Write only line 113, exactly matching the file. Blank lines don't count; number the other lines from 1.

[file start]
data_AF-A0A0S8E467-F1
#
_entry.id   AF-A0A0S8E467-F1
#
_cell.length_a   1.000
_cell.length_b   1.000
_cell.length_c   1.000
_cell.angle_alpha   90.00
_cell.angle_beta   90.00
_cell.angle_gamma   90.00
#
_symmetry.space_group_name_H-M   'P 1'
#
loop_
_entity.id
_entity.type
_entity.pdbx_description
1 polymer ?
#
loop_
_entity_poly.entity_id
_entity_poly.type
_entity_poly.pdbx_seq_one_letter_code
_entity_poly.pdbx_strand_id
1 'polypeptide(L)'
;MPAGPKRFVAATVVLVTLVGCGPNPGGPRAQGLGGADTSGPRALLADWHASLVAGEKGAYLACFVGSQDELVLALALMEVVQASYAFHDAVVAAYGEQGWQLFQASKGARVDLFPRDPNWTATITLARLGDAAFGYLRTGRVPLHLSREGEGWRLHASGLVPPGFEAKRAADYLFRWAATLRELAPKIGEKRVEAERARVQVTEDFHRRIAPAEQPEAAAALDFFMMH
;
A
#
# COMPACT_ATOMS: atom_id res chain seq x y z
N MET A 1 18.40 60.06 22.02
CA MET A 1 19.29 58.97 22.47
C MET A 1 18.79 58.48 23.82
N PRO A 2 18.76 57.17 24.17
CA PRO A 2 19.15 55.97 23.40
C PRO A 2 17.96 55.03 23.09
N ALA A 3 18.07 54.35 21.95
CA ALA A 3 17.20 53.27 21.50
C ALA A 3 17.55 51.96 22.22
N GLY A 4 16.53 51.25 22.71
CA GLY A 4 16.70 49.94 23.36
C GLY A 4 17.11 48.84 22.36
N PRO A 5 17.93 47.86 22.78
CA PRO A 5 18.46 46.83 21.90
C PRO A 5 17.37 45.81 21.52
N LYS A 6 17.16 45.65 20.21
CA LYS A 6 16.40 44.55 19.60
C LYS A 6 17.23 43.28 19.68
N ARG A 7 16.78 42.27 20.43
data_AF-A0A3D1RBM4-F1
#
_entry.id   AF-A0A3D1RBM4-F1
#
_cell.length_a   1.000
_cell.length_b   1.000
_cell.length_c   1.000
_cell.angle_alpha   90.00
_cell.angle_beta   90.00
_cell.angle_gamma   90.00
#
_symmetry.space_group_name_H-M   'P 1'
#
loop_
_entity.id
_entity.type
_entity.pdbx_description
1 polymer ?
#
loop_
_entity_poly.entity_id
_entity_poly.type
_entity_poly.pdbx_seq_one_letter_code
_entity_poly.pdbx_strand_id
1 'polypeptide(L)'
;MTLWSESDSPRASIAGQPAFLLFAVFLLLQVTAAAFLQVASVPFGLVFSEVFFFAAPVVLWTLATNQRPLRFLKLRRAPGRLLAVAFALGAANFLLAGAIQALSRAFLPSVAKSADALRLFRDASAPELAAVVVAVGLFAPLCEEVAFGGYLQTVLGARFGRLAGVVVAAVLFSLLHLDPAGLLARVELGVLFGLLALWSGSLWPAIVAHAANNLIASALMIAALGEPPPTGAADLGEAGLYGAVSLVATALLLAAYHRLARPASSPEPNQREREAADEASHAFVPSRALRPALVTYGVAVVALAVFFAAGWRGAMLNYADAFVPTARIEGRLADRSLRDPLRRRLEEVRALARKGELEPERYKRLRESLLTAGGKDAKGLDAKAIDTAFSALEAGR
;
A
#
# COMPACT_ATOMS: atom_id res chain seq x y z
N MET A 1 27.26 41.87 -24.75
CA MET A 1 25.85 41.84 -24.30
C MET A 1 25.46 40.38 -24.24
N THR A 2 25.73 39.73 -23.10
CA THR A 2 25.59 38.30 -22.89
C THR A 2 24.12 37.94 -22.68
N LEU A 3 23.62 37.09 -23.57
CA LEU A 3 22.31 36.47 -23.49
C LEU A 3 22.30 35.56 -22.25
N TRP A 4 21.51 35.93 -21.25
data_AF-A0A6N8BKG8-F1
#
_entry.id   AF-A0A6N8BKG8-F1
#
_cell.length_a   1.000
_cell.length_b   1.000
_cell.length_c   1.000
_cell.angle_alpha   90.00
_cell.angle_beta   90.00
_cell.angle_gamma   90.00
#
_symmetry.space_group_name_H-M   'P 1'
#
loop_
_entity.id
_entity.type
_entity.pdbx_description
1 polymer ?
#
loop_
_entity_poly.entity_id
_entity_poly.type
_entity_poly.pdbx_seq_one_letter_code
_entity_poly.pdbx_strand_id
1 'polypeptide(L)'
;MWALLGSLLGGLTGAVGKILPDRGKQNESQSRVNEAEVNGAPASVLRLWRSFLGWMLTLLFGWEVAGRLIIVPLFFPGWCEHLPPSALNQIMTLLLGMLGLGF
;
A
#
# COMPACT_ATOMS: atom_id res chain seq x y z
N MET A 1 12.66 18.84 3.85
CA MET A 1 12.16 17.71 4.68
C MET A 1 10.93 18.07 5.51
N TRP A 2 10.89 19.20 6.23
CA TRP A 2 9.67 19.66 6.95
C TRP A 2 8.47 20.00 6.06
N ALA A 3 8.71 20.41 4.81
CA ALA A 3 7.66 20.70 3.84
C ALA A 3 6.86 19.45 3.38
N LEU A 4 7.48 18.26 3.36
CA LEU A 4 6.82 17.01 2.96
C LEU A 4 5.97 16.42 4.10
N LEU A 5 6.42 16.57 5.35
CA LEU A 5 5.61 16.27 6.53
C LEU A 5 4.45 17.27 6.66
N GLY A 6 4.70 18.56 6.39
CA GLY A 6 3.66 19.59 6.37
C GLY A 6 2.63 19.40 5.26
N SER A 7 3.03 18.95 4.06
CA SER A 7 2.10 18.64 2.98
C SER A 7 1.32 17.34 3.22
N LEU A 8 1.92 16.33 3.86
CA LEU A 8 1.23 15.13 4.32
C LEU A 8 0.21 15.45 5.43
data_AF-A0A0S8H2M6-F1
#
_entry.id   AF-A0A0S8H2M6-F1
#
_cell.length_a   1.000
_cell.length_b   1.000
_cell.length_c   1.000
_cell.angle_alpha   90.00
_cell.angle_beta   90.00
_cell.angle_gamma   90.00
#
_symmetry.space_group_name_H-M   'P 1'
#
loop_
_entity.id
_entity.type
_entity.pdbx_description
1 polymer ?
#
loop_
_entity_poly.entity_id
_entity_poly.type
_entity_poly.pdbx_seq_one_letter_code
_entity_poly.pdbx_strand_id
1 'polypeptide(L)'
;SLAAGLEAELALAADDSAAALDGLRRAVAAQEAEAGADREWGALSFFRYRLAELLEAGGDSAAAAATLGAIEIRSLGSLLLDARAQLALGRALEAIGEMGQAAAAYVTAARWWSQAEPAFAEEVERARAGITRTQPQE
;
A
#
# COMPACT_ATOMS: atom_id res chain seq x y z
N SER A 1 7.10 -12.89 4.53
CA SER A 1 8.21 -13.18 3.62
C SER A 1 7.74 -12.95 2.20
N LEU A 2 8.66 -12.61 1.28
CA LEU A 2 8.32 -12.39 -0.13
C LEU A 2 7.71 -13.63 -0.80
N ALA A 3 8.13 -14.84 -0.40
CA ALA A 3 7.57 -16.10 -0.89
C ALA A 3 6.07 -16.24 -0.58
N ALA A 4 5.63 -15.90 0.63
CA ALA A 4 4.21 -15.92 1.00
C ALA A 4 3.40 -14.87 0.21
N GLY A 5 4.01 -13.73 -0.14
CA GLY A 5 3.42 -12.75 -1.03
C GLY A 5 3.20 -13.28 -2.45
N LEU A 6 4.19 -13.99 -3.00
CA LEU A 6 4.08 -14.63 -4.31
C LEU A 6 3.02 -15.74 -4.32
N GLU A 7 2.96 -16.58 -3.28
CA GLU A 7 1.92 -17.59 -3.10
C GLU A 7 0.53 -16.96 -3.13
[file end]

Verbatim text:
_entity_poly.pdbx_strand_id